No riders have tested positive for coronavirus at the Tour de France after 841 tests were carried out during the rest day.
There were four staff members, all from different teams, who did test positive as well as one “technical service provide,” with multiple reports suggesting it is race director Christian Prudhomme who has tested positive.
The staff members are from Ineos Grenadiers, Mitchelton-Scott, Cofidis and AG2R La Mondiale.
A joined statement from Tour organiser ASO and the UCI said: “The entire ‘race bubble’ was tested on September 7 and 8.
“A total of 841 tests were performed. No rider has tested positive for Covid-19 or is considered a contact case requiring quarantine. One staff member each from Cofidis, AG2R La Mondiale, Ineos Grenadiers and Mitchelton-Scott have tested positive and left the race bubble.
“A technical service provider has also tested positive and has left the race.”
All riders and staff members were also tested in the five days before the Tour and will be tested again on the next rest day, September 14.
As part of the strict Covid-19 regulations at this year’s Tour, all teams had to undergo a nasal or throat swab test to check for the presence of the virus.
The tests were carried out a mobile medical unit in Pau on Sunday and Monday (September 6/7), with results then sent to the Tour’s chief medical officer who then passed them onto ASO and the UCI.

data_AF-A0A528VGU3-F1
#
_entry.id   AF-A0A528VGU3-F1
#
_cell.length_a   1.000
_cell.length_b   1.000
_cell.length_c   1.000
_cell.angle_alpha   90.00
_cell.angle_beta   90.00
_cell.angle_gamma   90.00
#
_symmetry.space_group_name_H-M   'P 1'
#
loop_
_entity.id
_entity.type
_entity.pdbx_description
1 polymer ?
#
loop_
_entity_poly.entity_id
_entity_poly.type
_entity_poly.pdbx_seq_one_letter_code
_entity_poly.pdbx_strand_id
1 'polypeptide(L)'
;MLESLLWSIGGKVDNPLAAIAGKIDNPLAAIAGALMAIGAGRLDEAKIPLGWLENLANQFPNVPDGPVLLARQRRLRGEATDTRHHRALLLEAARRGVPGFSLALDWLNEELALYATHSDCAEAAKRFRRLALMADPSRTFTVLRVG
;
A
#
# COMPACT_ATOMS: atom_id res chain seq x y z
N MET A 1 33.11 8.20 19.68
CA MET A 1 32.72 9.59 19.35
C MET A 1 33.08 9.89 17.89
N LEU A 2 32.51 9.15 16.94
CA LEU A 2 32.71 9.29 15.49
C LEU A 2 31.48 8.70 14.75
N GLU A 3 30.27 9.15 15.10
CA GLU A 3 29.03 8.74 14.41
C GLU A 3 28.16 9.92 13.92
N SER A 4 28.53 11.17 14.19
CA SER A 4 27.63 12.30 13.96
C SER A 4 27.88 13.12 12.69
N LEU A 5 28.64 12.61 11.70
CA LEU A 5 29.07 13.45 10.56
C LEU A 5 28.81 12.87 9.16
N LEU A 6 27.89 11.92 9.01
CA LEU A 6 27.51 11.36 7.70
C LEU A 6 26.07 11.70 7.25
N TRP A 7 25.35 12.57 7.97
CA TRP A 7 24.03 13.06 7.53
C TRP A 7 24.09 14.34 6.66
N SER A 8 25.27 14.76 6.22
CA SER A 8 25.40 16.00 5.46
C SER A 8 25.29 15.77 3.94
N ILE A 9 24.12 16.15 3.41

Teams were then informed before the start of stage 10 in Île d’Olèron.
A Deceuninck – Quick-Step staff member did have to be retested after a laboratory error, but has since tested negative and the team will race on as planned.
A statement from Deceuninck said: ““As you will have seen, it has been reported that a member of our team staff was collected from our team hotel this morning.
“An error was made in the laboratory with the sample that the individual gave yesterday, meaning they were taken for re-testing this morning.
“The result of this second test has been returned as negative and we will continue.”
Ineos Grenadiers boss Dave Brailsford said he did expect positives from the rest day testing, but not within his team.
Some riders were more concerned about false positives from the tests, with Dan Martin saying it would be unfair to be sent home due to a false positive.
He said: “If you’ve got it it’s for the greater good that you have to go home. You have to 100 per cent understand that. But if you don’t have it and you just had a false positive and then you go home that’s not fair.”